Pitchers that throw hard have a tough time adjusting to learning how to pitch. They never had to hit corners and change speeds before thus leading them to be hit hard when age starts to wear on them. Pitchers that never could throw hard may not have as many chances to make their mark as their counterparts, but do have a longer shelf life.

Moyer may not have the wow factor that a power pitcher does, but for many kids dreaming of making it to the big leagues, he is their inspiration that one day they may get a chance.

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Wake Me Up When September Ends: Phillies Seven Games Back in NL East

On Saturday, September 12, 2007, the Philadelphia Phillies lost 12-0 to the Colorado Rockies at Citizens Bank Park to fall seven games behind the New York Mets in the NL East with 17 games to play.

From that point forward, the Phillies won 13 of their final 17 games, including a three-game sweep of the Mets in New York, and won the NL East by 1.0 game as the Mets suffered a historic collapse.

The Phillies may have lost to the St. Louis Cardinals on Tuesday to fall to 1-5 since the All-Star break, but let’s not lose our perspective here.  Every team is going to win 54 games, every team is going to lose 54 games—it’s how you play the other 54 that separates the good teams from the bad.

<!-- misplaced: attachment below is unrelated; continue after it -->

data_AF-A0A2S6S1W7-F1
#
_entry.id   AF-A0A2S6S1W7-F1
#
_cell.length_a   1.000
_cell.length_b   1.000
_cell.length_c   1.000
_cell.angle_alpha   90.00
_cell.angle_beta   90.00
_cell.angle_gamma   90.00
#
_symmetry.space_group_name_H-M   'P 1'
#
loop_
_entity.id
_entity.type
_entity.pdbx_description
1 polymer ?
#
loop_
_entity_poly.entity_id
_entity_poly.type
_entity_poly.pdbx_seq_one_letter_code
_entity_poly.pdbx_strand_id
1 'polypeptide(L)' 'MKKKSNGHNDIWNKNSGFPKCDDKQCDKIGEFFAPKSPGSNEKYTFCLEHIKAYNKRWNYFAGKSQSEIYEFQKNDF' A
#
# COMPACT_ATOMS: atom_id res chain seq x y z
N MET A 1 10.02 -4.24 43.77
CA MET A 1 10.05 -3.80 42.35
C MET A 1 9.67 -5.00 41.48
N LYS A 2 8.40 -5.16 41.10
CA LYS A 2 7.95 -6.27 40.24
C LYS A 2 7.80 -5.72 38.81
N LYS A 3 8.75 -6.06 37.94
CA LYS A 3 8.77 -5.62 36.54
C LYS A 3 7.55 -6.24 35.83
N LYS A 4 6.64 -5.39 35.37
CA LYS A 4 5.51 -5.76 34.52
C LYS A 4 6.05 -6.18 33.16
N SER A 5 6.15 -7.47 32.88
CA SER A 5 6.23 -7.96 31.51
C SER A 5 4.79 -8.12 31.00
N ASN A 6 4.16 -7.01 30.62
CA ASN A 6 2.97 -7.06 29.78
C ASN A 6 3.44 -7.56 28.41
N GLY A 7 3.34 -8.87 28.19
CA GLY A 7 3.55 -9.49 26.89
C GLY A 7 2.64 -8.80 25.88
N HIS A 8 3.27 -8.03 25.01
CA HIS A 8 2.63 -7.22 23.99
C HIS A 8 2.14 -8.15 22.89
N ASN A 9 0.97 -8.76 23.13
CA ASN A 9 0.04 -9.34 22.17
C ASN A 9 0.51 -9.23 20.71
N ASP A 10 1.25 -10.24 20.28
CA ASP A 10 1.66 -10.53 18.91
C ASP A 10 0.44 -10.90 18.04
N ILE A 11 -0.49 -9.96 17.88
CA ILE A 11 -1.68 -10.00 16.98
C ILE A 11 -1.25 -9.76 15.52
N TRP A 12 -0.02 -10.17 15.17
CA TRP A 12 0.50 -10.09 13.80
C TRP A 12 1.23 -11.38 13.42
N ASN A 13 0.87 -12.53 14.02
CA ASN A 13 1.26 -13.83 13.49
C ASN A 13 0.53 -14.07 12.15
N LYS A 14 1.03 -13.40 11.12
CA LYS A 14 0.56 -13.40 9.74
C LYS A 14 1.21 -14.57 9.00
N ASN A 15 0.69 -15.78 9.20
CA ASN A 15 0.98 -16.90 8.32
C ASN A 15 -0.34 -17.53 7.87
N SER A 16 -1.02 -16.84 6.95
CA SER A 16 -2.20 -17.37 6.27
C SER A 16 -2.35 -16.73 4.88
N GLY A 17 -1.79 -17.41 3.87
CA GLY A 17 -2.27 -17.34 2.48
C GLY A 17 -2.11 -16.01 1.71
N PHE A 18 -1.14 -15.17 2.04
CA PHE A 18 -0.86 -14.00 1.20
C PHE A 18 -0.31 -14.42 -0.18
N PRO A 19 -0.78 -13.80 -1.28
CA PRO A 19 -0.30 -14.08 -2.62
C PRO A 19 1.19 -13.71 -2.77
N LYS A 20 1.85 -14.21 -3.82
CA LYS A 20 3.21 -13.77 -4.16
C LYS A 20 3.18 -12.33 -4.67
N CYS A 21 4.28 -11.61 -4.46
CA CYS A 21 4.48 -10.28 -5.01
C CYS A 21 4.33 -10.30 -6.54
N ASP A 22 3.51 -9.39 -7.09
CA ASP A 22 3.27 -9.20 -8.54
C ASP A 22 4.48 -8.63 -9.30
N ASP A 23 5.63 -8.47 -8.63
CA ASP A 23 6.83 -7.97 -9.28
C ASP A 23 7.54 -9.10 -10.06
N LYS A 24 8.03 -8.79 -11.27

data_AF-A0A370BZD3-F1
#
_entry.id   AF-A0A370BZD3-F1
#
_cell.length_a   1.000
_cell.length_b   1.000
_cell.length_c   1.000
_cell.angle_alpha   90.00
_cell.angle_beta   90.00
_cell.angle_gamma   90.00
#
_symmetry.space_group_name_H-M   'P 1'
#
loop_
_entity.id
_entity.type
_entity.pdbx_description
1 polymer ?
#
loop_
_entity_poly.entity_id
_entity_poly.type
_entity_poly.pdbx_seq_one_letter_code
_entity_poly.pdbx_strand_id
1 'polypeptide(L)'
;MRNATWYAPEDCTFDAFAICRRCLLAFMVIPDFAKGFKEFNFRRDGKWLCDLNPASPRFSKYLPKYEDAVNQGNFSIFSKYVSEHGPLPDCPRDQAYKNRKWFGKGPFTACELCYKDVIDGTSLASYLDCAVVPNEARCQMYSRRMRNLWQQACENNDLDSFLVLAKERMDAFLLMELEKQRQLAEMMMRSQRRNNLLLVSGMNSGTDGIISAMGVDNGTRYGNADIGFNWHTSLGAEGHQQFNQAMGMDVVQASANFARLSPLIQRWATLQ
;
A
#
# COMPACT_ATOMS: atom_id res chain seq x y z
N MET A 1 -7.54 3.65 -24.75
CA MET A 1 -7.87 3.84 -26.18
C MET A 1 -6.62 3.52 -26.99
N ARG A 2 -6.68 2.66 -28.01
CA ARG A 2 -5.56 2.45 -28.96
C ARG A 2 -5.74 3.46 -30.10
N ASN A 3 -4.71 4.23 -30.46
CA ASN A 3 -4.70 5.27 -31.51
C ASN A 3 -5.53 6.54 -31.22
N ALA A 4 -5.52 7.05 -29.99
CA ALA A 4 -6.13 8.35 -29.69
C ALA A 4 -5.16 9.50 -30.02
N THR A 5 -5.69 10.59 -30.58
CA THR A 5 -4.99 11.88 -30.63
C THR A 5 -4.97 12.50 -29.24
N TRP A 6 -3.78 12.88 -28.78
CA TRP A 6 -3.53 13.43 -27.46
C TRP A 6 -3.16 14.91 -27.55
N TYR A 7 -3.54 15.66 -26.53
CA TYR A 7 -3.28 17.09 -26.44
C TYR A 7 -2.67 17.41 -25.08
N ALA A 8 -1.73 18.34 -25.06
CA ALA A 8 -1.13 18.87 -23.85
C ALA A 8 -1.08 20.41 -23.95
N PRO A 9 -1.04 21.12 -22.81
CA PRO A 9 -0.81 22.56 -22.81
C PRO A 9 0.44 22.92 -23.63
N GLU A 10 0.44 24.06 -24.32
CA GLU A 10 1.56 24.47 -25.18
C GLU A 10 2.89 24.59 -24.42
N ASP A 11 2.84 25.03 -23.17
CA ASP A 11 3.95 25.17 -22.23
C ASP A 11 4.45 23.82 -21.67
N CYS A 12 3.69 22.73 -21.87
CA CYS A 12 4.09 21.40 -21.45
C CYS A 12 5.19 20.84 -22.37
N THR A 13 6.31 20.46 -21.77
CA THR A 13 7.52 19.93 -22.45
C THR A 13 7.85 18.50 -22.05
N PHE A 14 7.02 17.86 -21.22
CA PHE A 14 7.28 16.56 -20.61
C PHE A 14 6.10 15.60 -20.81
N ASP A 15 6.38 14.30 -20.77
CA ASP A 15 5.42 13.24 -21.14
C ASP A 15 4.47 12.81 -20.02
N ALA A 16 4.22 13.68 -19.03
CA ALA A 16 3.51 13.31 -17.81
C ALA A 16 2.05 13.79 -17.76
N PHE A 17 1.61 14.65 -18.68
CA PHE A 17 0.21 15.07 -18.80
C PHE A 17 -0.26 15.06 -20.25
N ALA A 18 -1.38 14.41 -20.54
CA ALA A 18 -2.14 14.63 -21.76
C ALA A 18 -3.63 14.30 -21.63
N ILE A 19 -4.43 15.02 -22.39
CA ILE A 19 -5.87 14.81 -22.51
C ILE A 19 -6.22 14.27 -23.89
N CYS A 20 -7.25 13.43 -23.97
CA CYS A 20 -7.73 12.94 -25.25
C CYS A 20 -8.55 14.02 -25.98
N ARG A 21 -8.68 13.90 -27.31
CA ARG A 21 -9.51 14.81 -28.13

With Jamie Moyer facing Chris Carpenter in St. Louis last night, the Phillies were not destined to win.  And news flash—with Joe Blanton facing off against Jaime Garcia, they probably won’t win tonight, either.  Things won’t get any easier for the Phils, with Moyer almost certainly headed for the disabled list and Kyle Kendrick having been demoted to Triple-A.

But while it feels like the Phils are losing the winners right now, there’s still a lot of season to be played.  There’s still time for slumping hitters to improve, there’s time to make moves to improve the pitching, and there’s still time to get our injured superstar second baseman back.

It is tempting to say the season is over because the Phils are seven games back on July 21, but frankly, I don’t want to hear about it until September 13.

Asher B. Chancey lives in Philadelphia and is a co-founder of BaseballEvolution.com.

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Splintering Bats Too Dangerous, Say Vampire Pitchers

The Vampire Baseball Players Union today released a scathing report about the rash of broken bats taking place at MLB games all across the country. It has reached near epidemic proportions in recent years, with multiple bats per game shattering into dangerous shards of wood.